Then it was almost time to leave. We had a visit to the Bluff organised and had to be there to meet our contact. We bid the ship a fond farewell and promised to see her off later that afternoon. I was particularly looking forward to her sailing as I was less than pleased with the photography that morning.
Once we arrived at the Bluff and gone through the security we were in an area that had been unavailable to us before. We climbed up into the signal station and the view was incredible. The operator on duty did warn us to avoid photographing too much while we were there as the area was still restricted, but we could photograph the harbour side, and we decided we would wait out Island Princess from there. It is quite easy to picture the photographer that took so many images of the harbour and vessels like SA Vaal in the channel. It was a spectacular place to photograph from, but being the days of film we could not go crazy the way we do today with our digital cameras.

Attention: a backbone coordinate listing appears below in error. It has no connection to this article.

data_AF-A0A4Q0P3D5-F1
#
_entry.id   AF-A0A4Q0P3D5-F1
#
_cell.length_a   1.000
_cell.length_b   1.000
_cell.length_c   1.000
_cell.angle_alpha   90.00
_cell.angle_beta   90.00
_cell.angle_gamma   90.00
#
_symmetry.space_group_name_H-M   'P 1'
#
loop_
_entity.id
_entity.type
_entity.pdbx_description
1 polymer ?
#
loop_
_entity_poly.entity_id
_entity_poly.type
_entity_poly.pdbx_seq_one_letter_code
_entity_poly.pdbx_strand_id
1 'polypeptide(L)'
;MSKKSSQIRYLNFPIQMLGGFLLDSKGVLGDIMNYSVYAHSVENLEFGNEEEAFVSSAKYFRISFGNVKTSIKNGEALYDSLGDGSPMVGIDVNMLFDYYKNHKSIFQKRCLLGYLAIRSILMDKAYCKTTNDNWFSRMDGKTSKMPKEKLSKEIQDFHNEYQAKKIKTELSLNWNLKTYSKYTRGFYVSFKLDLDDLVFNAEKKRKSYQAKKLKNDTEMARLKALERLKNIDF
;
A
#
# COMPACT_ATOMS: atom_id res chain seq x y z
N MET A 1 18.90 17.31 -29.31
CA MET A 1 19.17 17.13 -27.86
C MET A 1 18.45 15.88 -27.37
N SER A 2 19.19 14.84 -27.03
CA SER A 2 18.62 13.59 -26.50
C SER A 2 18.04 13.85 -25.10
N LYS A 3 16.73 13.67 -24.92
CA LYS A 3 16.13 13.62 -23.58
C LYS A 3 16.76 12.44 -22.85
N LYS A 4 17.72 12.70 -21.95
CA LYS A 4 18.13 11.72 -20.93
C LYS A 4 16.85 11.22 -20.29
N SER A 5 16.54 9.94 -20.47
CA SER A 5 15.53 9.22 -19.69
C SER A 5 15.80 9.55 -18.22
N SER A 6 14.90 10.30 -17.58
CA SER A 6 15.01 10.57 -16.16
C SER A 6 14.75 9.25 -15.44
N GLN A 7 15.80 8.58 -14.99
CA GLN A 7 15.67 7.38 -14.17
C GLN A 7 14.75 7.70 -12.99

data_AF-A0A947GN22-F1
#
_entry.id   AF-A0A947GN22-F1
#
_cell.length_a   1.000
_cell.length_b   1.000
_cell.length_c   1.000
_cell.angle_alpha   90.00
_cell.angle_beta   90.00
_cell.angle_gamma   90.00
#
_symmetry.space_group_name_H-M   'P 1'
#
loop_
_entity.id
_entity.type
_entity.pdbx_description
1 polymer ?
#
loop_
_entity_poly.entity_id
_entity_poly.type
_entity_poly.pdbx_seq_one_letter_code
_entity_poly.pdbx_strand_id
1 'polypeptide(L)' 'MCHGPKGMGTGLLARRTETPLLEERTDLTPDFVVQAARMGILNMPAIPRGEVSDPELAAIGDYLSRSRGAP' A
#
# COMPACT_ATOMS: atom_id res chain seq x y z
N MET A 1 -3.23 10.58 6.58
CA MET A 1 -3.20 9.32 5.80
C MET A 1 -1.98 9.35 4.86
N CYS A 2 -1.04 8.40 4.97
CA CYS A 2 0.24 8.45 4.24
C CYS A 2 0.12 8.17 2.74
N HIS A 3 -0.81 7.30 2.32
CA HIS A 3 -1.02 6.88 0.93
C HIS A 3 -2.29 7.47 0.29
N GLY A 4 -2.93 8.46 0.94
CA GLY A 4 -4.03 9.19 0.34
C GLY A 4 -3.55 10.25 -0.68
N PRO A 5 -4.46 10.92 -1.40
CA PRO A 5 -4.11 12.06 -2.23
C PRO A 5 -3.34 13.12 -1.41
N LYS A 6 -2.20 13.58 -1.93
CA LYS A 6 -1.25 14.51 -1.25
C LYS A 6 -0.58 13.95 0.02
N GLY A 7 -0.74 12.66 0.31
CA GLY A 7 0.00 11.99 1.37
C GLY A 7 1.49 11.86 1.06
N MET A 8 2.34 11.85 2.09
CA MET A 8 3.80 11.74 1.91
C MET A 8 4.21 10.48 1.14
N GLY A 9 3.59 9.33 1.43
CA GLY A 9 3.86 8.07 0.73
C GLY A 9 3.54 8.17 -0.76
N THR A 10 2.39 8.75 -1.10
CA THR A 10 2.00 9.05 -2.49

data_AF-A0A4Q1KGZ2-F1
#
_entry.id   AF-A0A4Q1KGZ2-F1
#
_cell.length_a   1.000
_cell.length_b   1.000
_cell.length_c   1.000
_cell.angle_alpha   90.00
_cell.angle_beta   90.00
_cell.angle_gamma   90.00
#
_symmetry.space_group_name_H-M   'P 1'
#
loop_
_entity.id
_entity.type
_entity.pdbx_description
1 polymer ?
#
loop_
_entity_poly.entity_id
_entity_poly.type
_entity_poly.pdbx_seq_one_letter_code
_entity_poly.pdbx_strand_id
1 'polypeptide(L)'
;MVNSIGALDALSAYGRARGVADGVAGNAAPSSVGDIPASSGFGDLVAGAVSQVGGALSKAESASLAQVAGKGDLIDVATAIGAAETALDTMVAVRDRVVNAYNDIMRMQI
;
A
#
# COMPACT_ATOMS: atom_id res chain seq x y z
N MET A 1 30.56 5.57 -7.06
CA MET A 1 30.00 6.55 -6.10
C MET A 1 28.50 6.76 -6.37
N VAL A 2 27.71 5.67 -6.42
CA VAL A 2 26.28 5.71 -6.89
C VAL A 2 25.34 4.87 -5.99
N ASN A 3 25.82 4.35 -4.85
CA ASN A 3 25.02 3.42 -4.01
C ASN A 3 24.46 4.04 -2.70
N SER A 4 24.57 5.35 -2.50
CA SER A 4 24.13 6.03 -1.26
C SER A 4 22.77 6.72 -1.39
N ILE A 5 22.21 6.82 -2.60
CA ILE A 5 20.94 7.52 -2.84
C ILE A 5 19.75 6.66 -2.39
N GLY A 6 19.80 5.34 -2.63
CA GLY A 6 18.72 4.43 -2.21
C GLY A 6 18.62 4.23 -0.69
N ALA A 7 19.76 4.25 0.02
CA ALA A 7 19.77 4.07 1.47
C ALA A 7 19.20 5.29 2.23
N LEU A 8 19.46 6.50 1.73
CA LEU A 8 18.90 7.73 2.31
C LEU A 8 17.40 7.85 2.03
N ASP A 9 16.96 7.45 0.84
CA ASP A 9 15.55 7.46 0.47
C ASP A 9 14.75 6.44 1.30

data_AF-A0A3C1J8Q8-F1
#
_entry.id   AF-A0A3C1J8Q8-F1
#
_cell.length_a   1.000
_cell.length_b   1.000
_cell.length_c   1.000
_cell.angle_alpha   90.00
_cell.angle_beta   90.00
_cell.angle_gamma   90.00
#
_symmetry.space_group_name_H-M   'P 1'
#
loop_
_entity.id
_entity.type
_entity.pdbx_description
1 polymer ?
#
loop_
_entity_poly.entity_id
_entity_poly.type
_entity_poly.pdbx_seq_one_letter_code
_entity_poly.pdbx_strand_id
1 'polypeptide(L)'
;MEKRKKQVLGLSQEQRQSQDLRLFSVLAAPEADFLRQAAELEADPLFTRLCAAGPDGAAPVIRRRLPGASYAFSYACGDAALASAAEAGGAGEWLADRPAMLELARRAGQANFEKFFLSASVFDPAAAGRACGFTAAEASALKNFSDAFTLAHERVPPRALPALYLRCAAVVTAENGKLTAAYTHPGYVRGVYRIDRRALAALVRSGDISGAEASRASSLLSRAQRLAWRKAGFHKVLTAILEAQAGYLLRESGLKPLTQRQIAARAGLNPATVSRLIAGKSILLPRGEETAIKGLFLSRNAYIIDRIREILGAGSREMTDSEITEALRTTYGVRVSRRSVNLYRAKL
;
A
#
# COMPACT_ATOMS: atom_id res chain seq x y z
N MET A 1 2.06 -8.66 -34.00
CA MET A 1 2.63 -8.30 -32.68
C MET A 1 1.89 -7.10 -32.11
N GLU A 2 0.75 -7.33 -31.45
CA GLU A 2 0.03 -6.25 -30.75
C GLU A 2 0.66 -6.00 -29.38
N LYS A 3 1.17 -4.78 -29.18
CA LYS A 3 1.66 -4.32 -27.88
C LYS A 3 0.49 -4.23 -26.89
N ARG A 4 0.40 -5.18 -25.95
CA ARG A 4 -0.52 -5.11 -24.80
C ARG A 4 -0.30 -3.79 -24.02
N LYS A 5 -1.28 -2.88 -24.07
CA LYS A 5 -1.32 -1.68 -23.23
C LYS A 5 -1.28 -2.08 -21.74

Then we saw tugs heading to “N” Shed, Island Princess was on the move. It was time to put that long lens to use.
There was something satisfying seeing her clearing the harbour mouth from this viewpoint. The next day would see us standing on board Rhapsody doing the same thing. I would have really preferred to be on Island Princess though.
Island Princess was eventually sold by Princess and had a somewhat odd career until she ended up in service as Discovery. Sadly, her sister fell on hard times while operating for Quail Cruises, structurally she was not in a great condition and there was talk of her being sent for breaking up. At the time of writing she was in layup, her future uncertain.
Update August 2013
Sadly Pacific Princess made the trip to Aliaga for breaking up under the name Afic. On the way to the breakers she started to take in water, and by the time she arrived was listing badly. Attempts were made to pump the water out, and two workers lost their lives in the process. The ship has since been stabilised, but is still listing and this may slow down the demolition process until she is stable enough.